And under UK law, your company is responsible for paying for any water you use and for the drainage of liquid waste from your premises.
This probably doesn’t come as a surprise, but there are other responsibilities of care that you must take into account when it comes to water cleanliness.
Your company is also responsible for controlling risks from the legionella bacteria. The HSE states that: “As an employer, or a person in control of the premises, you are responsible for health and safety and need to take the right precautions to reduce the risks of exposure to legionella.”
Legionella bacteria are carried on small droplets of water which can become airborne and be inhaled. If someone is infected with the legionella bacteria, they could go on to develop Legionnaires’ Disease which is potentially fatal, especially to older people and those with pre-existing health problems.
In order to control the risks and prevent a Legionnaires’ outbreak, it’s important to understand more about the bacterium and how it causes harm.
The conditions that allow the legionella bacteria to thrive are stagnant water systems that are between 20-45oC. In addition, deposits, such as sludge, rust, scale and organic matter, provide nutrients for the bacteria. In domestic homes, where we flush water through the system on a daily basis and the hot water tank is heated to high temperatures, the risk of legionella is extremely low.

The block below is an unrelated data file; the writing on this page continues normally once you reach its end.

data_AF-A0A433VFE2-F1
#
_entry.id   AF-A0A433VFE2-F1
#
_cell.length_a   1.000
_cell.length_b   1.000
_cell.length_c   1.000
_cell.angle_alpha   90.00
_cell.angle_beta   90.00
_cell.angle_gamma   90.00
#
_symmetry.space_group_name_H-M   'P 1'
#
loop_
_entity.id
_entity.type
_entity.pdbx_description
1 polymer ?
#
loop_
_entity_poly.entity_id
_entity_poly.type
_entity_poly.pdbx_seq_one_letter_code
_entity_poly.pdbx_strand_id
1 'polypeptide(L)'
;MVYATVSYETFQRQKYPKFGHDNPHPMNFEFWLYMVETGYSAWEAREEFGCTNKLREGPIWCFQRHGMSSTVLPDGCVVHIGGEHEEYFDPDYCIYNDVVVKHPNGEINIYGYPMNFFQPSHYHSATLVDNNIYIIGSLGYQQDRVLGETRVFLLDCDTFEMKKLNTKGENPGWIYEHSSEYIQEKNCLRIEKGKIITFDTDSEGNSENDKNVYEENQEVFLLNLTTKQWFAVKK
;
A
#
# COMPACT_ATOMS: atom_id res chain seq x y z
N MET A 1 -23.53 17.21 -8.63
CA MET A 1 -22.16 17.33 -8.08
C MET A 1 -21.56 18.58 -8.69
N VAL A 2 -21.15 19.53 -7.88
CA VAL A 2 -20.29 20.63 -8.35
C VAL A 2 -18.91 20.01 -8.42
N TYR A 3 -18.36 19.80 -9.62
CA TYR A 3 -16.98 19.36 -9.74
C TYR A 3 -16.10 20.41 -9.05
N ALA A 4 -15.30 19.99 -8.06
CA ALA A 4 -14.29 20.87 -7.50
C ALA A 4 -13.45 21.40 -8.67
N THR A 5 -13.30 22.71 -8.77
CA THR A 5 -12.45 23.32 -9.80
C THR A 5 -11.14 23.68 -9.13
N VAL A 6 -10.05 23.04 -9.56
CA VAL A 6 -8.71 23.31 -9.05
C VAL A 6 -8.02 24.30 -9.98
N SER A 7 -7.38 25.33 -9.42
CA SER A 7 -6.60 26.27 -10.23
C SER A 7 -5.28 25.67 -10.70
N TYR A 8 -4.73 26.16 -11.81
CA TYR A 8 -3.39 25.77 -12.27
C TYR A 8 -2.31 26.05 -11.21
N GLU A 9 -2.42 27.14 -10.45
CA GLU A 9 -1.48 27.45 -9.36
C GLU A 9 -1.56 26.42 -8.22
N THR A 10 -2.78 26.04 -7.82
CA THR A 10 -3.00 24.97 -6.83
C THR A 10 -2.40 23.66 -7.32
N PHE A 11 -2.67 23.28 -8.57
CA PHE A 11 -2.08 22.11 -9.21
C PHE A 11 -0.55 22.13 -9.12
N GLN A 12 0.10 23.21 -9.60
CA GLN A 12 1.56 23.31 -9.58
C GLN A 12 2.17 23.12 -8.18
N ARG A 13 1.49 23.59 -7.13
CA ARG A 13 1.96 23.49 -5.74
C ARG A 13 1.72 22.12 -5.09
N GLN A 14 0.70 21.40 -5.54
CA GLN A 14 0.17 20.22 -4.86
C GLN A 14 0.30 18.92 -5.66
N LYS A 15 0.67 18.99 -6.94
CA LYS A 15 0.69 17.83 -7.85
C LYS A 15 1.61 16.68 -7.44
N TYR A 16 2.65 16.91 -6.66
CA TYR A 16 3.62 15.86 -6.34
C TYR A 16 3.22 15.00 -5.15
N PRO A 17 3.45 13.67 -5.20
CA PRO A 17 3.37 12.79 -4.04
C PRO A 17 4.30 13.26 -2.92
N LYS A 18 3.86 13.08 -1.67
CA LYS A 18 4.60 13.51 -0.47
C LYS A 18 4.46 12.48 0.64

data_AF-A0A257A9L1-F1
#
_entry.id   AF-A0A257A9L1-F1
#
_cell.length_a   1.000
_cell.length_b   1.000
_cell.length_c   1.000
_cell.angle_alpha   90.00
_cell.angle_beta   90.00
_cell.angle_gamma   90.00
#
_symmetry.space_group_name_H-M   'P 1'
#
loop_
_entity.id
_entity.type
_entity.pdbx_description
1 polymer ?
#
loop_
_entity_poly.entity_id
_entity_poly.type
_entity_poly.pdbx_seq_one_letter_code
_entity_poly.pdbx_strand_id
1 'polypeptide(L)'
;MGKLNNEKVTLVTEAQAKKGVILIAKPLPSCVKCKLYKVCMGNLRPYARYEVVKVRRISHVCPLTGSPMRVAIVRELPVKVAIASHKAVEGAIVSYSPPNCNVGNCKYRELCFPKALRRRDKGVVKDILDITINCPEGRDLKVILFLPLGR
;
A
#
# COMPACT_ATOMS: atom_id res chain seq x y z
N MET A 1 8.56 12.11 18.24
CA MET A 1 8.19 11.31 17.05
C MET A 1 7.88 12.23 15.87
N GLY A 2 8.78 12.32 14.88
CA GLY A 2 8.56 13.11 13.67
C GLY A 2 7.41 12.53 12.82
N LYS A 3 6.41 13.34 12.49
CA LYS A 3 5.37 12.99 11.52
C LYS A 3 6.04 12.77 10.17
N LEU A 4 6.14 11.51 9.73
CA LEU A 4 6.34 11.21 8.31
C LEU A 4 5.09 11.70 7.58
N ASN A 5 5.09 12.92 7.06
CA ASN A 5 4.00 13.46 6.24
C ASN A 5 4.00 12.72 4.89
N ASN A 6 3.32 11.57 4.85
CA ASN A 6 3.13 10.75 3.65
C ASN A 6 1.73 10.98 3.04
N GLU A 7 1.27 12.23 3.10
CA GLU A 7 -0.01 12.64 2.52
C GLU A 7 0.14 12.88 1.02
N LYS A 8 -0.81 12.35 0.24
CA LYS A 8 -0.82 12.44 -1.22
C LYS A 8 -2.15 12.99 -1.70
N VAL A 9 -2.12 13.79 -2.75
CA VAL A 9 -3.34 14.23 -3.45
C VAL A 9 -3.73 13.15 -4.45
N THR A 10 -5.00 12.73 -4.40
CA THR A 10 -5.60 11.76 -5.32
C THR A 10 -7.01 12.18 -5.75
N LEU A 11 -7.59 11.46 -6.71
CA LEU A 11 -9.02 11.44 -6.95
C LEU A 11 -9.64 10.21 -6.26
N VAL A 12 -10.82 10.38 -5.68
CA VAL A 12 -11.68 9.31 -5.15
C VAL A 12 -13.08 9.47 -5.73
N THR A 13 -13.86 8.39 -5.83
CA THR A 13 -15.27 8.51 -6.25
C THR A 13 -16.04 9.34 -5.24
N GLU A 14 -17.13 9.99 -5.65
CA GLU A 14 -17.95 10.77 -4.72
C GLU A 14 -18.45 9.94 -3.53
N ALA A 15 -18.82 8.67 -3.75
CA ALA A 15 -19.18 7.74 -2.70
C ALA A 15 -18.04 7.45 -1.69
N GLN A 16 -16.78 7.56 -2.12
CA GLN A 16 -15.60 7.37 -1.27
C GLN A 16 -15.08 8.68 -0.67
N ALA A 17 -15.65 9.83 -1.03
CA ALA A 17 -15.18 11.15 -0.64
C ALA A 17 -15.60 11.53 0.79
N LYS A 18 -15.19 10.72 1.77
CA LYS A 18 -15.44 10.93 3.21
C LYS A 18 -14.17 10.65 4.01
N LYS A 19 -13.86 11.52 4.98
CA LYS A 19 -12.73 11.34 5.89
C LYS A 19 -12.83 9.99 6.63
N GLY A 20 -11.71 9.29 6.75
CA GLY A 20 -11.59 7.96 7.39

The bacteria are most likely to be spread from systems that are not in constant use, and also from systems that produce fine droplets of water, which disperses the bacteria. Many outbreaks are traced to air conditioning plants where water is stored and recycled, but there have been cases where people have contracted Legionnaires’ from poorly maintained swimming pools, hot tubs, car washes and garden hose pipes.
HSE guidance outlines your company’s responsibilities with regard to the control of legionella. Your business needs to appoint a ‘responsible person’ to ensure control of the risk. The responsible person must have “sufficient authority, competence, skills and knowledge about the installation to ensure that all operational procedures are carried out in a timely and effective manner and implement the control measures and strategies, i.e. they are suitably informed, instructed, trained and assessed”.
You must take adequate steps to control and prevent the bacteria, as well as carrying out regular water tests. The frequency of tests will depend on a risk assessment and the type of system you have.
With more and more employees going back into the office after lockdown, it’s more important than ever to take steps to ensure that your staff are protected from the legionella bacteria. With water systems and air conditioning units lying unused for weeks or possibly months, at a time of year with ideal temperatures for the bacteria, it would be a good idea to do a legionella test as part of your reopening strategy.
Contact us for more information about Castle Water’s ensuring the safety of your water system.